Manual Planning for educational change: putting people and their contexts first

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Personal Vision-Building
  1. Innovation in education: what works, what doesn’t, and what to do about it?
  2. Putting people and their contexts first
  3. Effective Teacher Professional Development
  4. Struggling for Change in Chilean EFL Teacher Education

Journal of Research on Educational Effectiveness, 10 2 , — Active learning provides teachers with opportunities to get hands-on experience designing and practicing new teaching strategies. In PD models featuring active learning, teachers often participate in the same style of learning they are designing for their students, using real examples of curriculum, student work, and instruction. For example, Reading Apprenticeship is an inquiry-based PD model designed to help high school biology teachers integrate literacy and biology instruction in their classrooms.

Working together, teachers study student work, videotape classroom lessons for analysis, and scrutinize texts to identify potential literacy challenges to learners. Reflection and other metacognitive routines such as think-alouds and reading logs for science investigations are also used in PD sessions.

Innovation in education: what works, what doesn’t, and what to do about it?

Greenleaf, C. Integrating literacy and science in biology: Teaching and learning impacts of reading apprenticeship professional development. American Educational Research Journal, 48 3 , — They also received instruction in strategies for teaching English language learners. Students who received enhanced instructional activities and whose teachers received PD demonstrated significantly higher science and reading achievement than students who were engaged in business-as-usual instruction.

Lara-Alecio, R. Journal of Research in Science Teaching, 49 8 , — By focusing on improving the practice of teachers of English language learners, this kind of collaborative, districtwide PD can have important implications for improving the equity of whole systems. Curricular models and modeling of instruction provide teachers with a clear vision of what best practices look like. Teachers may view models that include lesson plans, unit plans, sample student work, observations of peer teachers, and video or written cases of accomplished teaching.

For example, in a program used across a number of states, PD focused on the types of pedagogical content knowledge teachers need to effectively teach elementary science. Curricular and instructional models were used in multiple ways to support teacher learning. For example, one group of teachers analyzed teaching cases drawn from actual classrooms and written by teachers.

Another set of teachers worked in carefully structured, collaborative groups to analyze examples of student work from a shared unit taught in their own classrooms. A third group used metacognitive strategies to reflect on their instruction and its outcomes. In a randomized experimental study, students of teachers who participated in any of these PD opportunities had significantly greater learning gains on science tests than students whose teachers did not participate, and these effects were maintained a year later.

Heller, J. Differential effects of three professional development models on teacher knowledge and student achievement in elementary science. Journal of Research in Science Teaching, 49 3 , — Experts may share their specialized knowledge as one-on-one coaches in the classroom, as facilitators of group workshops, or as remote mentors using technology to communicate with educators.

Putting people and their contexts first

They may include master teachers or coaches based in universities or professional development organizations. In one coaching initiative designed to enhance early literacy instruction among Head Start teachers, educators participated in biweekly sessions with a university-based literacy coach following a two-day orientation that introduced them to the literacy concepts.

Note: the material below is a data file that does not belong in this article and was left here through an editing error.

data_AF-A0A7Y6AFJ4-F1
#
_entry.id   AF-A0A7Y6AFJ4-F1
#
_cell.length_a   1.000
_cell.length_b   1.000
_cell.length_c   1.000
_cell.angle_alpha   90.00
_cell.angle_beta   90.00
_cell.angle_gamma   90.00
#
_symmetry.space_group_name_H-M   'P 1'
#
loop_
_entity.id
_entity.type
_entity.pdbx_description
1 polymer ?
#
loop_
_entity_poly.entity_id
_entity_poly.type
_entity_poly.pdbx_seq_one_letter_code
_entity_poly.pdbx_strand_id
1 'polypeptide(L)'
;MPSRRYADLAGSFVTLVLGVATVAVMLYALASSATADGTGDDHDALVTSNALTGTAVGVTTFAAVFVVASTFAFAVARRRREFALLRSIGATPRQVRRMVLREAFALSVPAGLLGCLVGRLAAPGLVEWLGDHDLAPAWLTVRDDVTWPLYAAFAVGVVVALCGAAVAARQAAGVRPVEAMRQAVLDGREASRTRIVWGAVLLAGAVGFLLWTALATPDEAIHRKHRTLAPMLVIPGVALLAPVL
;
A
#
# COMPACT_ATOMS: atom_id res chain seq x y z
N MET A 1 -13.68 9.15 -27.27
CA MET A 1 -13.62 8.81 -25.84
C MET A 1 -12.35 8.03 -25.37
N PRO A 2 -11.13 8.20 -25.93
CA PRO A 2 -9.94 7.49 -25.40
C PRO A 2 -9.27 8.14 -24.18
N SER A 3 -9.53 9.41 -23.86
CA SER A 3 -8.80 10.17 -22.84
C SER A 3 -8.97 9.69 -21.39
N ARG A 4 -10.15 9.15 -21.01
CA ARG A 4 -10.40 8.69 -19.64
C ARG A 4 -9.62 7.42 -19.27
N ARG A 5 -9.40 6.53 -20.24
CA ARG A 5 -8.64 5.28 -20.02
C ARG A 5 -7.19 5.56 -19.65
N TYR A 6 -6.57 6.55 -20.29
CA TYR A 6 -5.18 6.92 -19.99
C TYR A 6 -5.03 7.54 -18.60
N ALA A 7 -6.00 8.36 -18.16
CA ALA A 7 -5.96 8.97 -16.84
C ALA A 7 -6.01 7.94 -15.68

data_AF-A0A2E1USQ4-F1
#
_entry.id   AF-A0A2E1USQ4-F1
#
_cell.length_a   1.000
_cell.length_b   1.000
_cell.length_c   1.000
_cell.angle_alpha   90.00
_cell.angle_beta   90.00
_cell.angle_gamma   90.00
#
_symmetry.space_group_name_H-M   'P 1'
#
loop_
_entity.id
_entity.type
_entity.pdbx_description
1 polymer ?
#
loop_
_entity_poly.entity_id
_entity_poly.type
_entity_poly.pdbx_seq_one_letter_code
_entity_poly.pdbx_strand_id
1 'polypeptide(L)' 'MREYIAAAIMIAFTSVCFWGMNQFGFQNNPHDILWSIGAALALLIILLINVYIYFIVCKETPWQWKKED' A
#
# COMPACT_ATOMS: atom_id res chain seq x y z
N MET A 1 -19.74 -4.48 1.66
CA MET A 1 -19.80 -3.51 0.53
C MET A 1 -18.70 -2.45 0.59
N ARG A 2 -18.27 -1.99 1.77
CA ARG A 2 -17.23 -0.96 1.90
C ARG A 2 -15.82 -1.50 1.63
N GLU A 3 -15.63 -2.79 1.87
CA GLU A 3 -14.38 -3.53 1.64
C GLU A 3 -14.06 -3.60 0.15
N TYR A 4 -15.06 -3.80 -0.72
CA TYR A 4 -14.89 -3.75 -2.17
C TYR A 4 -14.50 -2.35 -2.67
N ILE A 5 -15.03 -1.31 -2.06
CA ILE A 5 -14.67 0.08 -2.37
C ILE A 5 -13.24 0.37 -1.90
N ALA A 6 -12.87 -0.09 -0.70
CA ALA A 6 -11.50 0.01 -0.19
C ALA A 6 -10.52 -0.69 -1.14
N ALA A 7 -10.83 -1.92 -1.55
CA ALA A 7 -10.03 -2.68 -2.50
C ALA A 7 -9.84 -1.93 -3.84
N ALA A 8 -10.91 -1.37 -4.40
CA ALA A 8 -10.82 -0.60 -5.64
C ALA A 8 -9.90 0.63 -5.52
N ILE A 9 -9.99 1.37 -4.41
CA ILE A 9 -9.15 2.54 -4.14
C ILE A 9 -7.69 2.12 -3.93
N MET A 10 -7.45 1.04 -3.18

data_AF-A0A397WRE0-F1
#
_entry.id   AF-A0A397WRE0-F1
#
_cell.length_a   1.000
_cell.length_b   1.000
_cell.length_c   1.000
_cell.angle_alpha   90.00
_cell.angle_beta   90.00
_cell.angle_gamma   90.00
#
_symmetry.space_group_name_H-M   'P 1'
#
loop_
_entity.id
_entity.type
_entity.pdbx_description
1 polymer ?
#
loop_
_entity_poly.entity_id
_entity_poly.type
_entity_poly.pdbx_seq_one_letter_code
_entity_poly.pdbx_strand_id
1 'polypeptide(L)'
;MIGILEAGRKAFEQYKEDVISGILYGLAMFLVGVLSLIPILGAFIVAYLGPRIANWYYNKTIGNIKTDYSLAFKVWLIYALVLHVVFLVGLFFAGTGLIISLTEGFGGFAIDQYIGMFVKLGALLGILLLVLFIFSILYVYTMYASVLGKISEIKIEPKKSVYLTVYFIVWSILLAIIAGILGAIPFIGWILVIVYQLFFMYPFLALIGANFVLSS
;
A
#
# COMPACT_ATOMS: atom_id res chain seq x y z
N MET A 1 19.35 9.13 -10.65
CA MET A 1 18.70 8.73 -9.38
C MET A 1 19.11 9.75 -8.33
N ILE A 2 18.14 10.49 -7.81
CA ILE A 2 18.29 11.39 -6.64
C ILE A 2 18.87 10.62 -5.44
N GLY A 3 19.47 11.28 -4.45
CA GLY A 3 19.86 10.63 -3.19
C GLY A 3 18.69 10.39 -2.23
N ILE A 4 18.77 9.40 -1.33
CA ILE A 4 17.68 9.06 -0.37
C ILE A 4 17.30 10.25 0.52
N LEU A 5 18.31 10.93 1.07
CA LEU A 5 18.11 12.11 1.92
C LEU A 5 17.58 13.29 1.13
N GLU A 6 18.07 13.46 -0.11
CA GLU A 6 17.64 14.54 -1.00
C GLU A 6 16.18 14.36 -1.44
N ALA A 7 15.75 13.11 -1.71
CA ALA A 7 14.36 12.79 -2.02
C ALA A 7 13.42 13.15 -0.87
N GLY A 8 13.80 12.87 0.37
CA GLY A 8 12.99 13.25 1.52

• Simulation Methods for ESD Protection Development.
  • Scientific Materialism in Nineteenth Century Germany (Studies in the History of Modern Science);
  • Logical investigative methods : critical thinking and reasoning for successful investigations;

Prior to each session which could be conducted in person or remotely , coaches and teachers collaboratively chose a specific instructional practice on which to focus their time together. Coaches then observed teachers in their classrooms and provided both supportive and constructive oral and written feedback on their teaching, facilitating the implementation of desired instructional practices.

For remote coaching, educators shared minute video clips and coaches provided detailed written feedback, supported by links to video exemplars and other materials available through the program. The semester-long program included 16 hours of workshops and seven coaching sessions. A two-year randomized controlled trial found that classrooms led by these teachers demonstrated larger gains and higher performance on a widely used early childhood classroom quality assessment, and their students experienced larger gains on a number of early language and literacy skills than did those in the control group.

Powell, D. Effects of an early literacy professional development intervention on Head Start teachers and children. Journal of Educational Psychology, 2 , — High-quality professional learning frequently provides built-in time for teachers to think about, receive input on, and make changes to their practice by facilitating reflection and soliciting feedback. Feedback may be offered as teachers analyze lesson plans, demonstration lessons, or videos of teacher instruction, which also provide opportunities for reflection about what might be refined or retained and reinforced.

These activities are frequently undertaken in the context of a coaching session or workshop, but may also occur among peers. The course also offered interactive message boards that were moderated by expert facilitators. Teachers participated in four hours of this coursework per month throughout the school year. In a randomized controlled study of the program, researchers found that students of teachers who received expert mentoring and feedback experienced the greatest gains on a variety of language and literacy outcomes.